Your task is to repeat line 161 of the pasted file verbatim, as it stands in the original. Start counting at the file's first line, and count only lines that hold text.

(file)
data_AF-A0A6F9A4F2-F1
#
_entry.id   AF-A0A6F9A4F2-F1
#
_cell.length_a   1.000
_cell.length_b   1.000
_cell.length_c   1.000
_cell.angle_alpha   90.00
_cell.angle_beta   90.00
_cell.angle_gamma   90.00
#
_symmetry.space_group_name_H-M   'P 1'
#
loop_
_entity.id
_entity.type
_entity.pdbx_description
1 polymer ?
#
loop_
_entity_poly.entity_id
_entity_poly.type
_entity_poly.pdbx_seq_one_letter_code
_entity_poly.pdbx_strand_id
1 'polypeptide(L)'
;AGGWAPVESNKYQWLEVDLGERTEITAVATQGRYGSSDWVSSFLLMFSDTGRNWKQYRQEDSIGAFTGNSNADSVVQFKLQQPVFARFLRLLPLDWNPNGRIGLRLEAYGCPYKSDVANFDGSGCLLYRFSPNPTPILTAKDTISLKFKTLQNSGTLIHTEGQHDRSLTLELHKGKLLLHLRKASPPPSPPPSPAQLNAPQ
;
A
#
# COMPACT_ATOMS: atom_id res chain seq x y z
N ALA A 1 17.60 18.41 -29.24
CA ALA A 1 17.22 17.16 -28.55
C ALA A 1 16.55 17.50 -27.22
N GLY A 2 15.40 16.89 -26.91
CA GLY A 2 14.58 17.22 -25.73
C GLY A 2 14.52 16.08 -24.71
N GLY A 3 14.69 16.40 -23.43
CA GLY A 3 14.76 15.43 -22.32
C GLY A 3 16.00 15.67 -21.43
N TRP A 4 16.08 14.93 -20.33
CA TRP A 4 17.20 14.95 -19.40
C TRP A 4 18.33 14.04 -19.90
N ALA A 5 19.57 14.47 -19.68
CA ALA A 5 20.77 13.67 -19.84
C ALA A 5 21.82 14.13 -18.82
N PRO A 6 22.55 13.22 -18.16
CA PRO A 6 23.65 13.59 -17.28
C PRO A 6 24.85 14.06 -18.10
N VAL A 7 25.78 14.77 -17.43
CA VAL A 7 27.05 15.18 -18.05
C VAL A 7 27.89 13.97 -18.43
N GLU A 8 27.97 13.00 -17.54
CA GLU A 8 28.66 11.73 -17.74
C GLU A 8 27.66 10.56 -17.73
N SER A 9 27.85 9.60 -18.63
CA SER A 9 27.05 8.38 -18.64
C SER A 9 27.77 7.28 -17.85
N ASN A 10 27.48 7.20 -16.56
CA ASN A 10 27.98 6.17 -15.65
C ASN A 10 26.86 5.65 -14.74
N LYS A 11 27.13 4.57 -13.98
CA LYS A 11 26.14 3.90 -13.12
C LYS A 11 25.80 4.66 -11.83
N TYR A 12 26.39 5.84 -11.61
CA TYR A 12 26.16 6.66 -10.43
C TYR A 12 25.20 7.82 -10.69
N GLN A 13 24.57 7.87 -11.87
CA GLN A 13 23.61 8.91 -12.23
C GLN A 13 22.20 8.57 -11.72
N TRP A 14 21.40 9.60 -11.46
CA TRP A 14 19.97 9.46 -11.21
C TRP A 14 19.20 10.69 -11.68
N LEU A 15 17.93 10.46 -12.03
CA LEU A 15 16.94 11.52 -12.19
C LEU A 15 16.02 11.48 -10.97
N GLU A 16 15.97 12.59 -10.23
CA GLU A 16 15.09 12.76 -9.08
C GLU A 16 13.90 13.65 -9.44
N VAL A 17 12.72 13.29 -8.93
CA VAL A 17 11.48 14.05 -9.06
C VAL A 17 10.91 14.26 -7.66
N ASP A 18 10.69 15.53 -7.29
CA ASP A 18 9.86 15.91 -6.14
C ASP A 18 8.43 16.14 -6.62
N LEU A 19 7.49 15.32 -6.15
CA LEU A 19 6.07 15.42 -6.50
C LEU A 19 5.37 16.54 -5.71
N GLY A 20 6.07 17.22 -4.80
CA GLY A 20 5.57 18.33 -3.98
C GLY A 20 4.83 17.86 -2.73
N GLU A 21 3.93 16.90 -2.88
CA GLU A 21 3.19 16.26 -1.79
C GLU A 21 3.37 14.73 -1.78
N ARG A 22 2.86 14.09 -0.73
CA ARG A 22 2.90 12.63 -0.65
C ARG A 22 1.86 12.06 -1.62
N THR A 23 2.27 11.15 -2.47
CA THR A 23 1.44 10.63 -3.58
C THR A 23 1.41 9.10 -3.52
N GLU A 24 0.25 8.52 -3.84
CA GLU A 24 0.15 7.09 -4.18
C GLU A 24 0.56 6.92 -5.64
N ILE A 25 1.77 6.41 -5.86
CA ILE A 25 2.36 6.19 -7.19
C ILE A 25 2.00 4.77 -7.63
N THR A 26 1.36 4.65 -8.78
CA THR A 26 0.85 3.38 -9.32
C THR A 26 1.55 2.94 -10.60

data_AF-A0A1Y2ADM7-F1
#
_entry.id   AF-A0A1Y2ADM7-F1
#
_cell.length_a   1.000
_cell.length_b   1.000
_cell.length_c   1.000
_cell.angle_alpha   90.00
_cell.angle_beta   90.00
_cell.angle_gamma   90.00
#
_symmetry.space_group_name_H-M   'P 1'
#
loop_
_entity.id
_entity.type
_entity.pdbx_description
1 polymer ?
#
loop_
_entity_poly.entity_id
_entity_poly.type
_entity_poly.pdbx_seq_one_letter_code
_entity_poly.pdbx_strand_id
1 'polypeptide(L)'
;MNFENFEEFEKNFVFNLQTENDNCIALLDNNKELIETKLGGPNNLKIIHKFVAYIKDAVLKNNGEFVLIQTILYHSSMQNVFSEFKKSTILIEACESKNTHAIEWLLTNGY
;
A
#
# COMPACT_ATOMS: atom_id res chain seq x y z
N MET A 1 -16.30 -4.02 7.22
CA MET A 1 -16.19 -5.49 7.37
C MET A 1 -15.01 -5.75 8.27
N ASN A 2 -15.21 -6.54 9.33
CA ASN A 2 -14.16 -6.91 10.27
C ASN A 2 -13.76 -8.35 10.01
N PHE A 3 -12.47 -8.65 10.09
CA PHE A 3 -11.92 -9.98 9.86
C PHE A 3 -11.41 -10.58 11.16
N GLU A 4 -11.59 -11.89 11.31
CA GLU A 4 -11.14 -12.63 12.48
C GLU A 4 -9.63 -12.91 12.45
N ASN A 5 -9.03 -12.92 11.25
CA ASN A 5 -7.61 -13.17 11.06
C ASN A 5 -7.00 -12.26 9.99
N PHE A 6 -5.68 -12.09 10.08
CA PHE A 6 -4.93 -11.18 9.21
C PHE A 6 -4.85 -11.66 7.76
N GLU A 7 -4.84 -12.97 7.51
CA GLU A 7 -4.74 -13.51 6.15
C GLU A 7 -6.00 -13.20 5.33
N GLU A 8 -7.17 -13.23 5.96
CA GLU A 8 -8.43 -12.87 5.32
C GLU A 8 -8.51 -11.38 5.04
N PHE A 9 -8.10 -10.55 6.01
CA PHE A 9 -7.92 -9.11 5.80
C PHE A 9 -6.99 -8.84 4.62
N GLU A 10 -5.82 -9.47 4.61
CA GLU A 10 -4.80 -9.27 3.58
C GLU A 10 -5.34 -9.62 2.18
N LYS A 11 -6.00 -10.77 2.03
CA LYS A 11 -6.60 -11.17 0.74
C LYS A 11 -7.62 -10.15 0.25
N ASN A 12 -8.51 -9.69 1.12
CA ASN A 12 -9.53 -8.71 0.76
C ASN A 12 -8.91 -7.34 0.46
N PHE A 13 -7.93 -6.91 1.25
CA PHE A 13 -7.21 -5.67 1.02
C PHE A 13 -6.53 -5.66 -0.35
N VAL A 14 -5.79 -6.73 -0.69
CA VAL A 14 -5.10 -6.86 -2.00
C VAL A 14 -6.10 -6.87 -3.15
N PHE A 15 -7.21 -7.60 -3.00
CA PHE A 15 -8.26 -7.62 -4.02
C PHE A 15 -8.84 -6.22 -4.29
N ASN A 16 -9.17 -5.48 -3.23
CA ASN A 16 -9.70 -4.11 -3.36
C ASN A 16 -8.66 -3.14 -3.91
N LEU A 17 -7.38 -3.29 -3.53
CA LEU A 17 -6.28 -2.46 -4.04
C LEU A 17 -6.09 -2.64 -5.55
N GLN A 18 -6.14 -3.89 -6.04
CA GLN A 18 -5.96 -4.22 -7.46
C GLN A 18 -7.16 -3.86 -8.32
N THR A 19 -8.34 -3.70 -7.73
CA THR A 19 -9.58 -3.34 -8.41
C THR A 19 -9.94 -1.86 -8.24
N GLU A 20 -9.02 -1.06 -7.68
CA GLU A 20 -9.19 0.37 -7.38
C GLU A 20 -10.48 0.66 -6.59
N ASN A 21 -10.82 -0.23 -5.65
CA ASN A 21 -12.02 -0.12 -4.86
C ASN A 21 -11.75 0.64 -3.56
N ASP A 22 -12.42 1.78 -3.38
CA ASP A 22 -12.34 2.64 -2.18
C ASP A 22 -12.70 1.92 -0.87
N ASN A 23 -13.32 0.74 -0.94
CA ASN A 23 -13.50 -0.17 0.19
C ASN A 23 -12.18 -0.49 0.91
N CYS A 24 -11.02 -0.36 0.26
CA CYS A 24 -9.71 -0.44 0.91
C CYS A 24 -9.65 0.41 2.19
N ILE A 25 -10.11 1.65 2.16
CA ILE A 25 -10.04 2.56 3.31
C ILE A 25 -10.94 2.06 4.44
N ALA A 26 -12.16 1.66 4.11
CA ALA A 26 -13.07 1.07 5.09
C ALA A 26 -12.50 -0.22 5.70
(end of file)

CA GLU A 8 -8.43 -12.87 5.32